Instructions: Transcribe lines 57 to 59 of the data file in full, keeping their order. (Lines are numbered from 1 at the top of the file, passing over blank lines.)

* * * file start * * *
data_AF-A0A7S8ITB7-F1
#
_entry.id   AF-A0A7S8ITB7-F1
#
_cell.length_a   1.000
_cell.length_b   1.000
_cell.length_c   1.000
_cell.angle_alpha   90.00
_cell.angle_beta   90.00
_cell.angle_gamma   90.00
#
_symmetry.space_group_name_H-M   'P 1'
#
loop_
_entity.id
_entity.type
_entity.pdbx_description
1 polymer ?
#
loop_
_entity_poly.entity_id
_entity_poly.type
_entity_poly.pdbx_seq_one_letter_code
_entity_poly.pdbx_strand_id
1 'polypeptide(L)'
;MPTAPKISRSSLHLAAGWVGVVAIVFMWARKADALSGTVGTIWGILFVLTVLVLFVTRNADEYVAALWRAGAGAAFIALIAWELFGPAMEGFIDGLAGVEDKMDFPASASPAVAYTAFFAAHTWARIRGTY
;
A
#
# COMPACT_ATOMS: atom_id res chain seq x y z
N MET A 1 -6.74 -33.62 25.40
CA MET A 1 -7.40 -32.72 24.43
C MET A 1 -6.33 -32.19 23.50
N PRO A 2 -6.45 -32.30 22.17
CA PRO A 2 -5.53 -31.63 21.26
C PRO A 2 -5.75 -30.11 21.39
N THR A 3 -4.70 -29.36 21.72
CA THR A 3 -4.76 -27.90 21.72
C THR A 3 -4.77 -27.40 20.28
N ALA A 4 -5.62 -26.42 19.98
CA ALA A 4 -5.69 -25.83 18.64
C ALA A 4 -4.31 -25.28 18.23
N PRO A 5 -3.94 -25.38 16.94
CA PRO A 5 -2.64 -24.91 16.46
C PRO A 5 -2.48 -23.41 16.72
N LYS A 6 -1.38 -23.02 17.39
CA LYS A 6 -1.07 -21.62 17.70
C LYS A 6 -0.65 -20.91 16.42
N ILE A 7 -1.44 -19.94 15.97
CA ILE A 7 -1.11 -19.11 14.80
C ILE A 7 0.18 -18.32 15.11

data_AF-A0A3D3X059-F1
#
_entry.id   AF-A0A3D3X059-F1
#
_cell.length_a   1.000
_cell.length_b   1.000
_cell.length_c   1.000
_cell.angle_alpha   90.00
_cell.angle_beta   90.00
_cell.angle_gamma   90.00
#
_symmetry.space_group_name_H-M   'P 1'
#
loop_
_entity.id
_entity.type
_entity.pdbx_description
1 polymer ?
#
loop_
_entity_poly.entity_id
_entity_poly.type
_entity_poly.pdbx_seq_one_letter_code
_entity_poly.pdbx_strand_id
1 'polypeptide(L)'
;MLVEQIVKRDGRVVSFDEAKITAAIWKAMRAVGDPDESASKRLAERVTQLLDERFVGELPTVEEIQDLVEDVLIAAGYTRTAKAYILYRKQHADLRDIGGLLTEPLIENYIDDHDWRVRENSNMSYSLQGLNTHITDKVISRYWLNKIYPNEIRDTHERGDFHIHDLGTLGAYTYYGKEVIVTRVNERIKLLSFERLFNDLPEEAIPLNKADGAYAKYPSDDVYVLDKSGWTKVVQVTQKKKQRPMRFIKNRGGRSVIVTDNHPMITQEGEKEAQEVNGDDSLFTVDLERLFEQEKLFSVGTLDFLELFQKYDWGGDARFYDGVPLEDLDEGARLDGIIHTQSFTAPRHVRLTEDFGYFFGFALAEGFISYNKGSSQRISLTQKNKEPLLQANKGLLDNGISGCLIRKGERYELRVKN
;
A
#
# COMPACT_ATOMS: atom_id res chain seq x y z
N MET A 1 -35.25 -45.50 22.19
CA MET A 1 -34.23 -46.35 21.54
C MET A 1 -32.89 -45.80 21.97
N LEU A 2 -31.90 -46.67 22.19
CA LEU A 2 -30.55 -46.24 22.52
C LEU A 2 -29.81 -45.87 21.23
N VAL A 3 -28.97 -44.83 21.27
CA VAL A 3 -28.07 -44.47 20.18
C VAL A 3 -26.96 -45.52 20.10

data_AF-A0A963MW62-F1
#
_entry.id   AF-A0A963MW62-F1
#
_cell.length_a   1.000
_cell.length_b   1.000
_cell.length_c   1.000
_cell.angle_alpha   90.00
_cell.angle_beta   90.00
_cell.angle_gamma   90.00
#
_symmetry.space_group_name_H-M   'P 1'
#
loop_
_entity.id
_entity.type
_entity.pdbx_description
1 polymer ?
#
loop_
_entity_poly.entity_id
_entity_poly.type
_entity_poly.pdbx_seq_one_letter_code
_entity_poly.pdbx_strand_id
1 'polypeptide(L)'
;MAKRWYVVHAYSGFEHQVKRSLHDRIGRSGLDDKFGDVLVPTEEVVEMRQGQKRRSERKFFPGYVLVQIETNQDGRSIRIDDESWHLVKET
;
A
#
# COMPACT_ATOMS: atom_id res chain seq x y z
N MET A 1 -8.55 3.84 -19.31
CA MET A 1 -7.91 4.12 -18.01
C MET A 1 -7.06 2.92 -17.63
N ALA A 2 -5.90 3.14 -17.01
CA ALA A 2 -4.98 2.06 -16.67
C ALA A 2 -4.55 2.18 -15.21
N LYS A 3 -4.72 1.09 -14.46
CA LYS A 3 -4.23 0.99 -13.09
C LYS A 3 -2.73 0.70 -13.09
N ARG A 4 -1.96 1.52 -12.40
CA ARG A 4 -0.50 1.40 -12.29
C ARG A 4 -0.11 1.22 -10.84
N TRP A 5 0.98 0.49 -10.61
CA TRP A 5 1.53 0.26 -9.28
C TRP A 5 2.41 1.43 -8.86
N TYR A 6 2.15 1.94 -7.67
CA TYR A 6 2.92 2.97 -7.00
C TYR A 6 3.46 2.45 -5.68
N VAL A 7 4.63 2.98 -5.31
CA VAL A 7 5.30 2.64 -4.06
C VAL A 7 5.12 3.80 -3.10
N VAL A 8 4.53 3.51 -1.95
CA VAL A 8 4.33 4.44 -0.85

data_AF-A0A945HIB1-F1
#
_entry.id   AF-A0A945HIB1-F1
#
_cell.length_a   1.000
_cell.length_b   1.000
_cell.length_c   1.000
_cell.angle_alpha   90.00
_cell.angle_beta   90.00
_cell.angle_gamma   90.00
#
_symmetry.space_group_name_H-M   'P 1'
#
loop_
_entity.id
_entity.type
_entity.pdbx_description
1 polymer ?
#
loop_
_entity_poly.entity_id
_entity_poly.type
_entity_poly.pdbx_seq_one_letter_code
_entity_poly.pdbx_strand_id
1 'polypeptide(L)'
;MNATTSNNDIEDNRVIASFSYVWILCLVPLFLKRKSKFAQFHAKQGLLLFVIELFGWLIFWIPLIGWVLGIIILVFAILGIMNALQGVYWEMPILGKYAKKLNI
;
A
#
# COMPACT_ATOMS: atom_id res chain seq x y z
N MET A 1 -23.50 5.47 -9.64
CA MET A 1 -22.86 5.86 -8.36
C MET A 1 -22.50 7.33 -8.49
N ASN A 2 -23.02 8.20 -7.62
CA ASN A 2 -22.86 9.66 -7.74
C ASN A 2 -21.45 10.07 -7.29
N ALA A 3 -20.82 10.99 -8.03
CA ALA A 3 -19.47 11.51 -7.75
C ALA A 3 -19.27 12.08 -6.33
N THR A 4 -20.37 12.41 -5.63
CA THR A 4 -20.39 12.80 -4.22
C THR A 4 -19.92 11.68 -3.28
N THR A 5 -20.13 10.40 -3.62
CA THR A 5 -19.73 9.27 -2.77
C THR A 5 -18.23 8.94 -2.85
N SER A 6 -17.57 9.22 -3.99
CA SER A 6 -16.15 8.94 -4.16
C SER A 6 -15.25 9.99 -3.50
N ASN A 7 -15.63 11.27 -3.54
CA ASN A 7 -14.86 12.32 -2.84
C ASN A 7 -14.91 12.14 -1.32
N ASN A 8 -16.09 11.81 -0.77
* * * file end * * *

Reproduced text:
_cell.length_b   1.000
_cell.length_c   1.000
_cell.angle_alpha   90.00